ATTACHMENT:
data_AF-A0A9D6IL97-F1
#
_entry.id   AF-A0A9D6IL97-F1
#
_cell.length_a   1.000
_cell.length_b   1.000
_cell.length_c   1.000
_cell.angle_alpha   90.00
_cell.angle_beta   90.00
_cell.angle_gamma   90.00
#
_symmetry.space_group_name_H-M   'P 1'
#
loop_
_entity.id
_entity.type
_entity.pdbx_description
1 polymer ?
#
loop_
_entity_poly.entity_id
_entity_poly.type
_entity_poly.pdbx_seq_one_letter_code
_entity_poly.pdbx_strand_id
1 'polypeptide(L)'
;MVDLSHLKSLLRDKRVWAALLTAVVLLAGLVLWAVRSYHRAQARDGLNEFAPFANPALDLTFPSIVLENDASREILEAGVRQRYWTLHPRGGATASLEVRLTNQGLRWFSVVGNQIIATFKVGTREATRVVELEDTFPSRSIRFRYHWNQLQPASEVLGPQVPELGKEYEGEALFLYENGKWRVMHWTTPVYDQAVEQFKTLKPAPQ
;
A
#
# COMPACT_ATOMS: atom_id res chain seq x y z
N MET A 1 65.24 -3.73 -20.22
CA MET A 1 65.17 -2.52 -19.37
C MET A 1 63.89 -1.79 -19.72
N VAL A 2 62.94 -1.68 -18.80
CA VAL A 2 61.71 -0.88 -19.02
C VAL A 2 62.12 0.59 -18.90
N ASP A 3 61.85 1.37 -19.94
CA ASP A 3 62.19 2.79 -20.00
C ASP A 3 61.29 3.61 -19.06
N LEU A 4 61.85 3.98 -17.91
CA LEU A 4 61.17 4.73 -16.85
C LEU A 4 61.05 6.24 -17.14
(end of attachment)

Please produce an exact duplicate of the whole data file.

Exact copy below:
data_AF-A0A9D6IL97-F1
#
_entry.id   AF-A0A9D6IL97-F1
#
_cell.length_a   1.000
_cell.length_b   1.000
_cell.length_c   1.000
_cell.angle_alpha   90.00
_cell.angle_beta   90.00
_cell.angle_gamma   90.00
#
_symmetry.space_group_name_H-M   'P 1'
#
loop_
_entity.id
_entity.type
_entity.pdbx_description
1 polymer ?
#
loop_
_entity_poly.entity_id
_entity_poly.type
_entity_poly.pdbx_seq_one_letter_code
_entity_poly.pdbx_strand_id
1 'polypeptide(L)'
;MVDLSHLKSLLRDKRVWAALLTAVVLLAGLVLWAVRSYHRAQARDGLNEFAPFANPALDLTFPSIVLENDASREILEAGVRQRYWTLHPRGGATASLEVRLTNQGLRWFSVVGNQIIATFKVGTREATRVVELEDTFPSRSIRFRYHWNQLQPASEVLGPQVPELGKEYEGEALFLYENGKWRVMHWTTPVYDQAVEQFKTLKPAPQ
;
A
#
# COMPACT_ATOMS: atom_id res chain seq x y z
N MET A 1 65.24 -3.73 -20.22
CA MET A 1 65.17 -2.52 -19.37
C MET A 1 63.89 -1.79 -19.72
N VAL A 2 62.94 -1.68 -18.80
CA VAL A 2 61.71 -0.88 -19.02
C VAL A 2 62.12 0.59 -18.90
N ASP A 3 61.85 1.37 -19.94
CA ASP A 3 62.19 2.79 -20.00
C ASP A 3 61.29 3.61 -19.06
N LEU A 4 61.85 3.98 -17.91
CA LEU A 4 61.17 4.73 -16.85
C LEU A 4 61.05 6.24 -17.14